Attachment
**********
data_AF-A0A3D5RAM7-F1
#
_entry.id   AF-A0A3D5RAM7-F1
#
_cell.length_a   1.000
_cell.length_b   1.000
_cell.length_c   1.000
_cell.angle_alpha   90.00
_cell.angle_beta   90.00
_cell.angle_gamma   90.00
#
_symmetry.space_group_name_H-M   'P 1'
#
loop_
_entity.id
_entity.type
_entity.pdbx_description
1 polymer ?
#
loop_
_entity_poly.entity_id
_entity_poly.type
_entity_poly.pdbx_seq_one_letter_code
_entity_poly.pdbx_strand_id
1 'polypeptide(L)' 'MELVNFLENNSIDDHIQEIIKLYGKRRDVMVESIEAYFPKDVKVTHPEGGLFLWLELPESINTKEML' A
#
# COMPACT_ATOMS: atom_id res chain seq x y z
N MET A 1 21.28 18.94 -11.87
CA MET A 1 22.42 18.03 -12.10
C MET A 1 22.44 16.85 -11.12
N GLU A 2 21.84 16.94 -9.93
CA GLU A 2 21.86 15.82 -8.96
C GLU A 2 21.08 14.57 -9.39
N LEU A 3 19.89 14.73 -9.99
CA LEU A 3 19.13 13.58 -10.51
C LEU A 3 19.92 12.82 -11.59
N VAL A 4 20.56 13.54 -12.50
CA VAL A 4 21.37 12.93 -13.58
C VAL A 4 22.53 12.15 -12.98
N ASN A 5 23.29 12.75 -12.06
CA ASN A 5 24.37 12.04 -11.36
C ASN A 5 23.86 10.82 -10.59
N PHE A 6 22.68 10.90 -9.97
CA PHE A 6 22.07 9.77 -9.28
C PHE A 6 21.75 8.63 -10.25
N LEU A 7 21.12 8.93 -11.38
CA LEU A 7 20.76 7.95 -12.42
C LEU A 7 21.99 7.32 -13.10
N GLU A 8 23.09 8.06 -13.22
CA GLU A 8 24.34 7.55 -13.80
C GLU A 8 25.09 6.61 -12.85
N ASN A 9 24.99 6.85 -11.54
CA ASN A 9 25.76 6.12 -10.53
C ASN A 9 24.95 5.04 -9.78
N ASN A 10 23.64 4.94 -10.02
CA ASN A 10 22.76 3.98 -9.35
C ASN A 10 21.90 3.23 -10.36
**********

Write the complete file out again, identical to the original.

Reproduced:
data_AF-A0A3D5RAM7-F1
#
_entry.id   AF-A0A3D5RAM7-F1
#
_cell.length_a   1.000
_cell.length_b   1.000
_cell.length_c   1.000
_cell.angle_alpha   90.00
_cell.angle_beta   90.00
_cell.angle_gamma   90.00
#
_symmetry.space_group_name_H-M   'P 1'
#
loop_
_entity.id
_entity.type
_entity.pdbx_description
1 polymer ?
#
loop_
_entity_poly.entity_id
_entity_poly.type
_entity_poly.pdbx_seq_one_letter_code
_entity_poly.pdbx_strand_id
1 'polypeptide(L)' 'MELVNFLENNSIDDHIQEIIKLYGKRRDVMVESIEAYFPKDVKVTHPEGGLFLWLELPESINTKEML' A
#
# COMPACT_ATOMS: atom_id res chain seq x y z
N MET A 1 21.28 18.94 -11.87
CA MET A 1 22.42 18.03 -12.10
C MET A 1 22.44 16.85 -11.12
N GLU A 2 21.84 16.94 -9.93
CA GLU A 2 21.86 15.82 -8.96
C GLU A 2 21.08 14.57 -9.39
N LEU A 3 19.89 14.73 -9.99
CA LEU A 3 19.13 13.58 -10.51
C LEU A 3 19.92 12.82 -11.59
N VAL A 4 20.56 13.54 -12.50
CA VAL A 4 21.37 12.93 -13.58
C VAL A 4 22.53 12.15 -12.98
N ASN A 5 23.29 12.75 -12.06
CA ASN A 5 24.37 12.04 -11.36
C ASN A 5 23.86 10.82 -10.59
N PHE A 6 22.68 10.90 -9.97
CA PHE A 6 22.07 9.77 -9.28
C PHE A 6 21.75 8.63 -10.25
N LEU A 7 21.12 8.93 -11.38
CA LEU A 7 20.76 7.95 -12.42
C LEU A 7 21.99 7.32 -13.10
N GLU A 8 23.09 8.06 -13.22
CA GLU A 8 24.34 7.55 -13.80
C GLU A 8 25.09 6.61 -12.85
N ASN A 9 24.99 6.85 -11.54
CA ASN A 9 25.76 6.12 -10.53
C ASN A 9 24.95 5.04 -9.78
N ASN A 10 23.64 4.94 -10.02
CA ASN A 10 22.76 3.98 -9.35
C ASN A 10 21.90 3.23 -10.36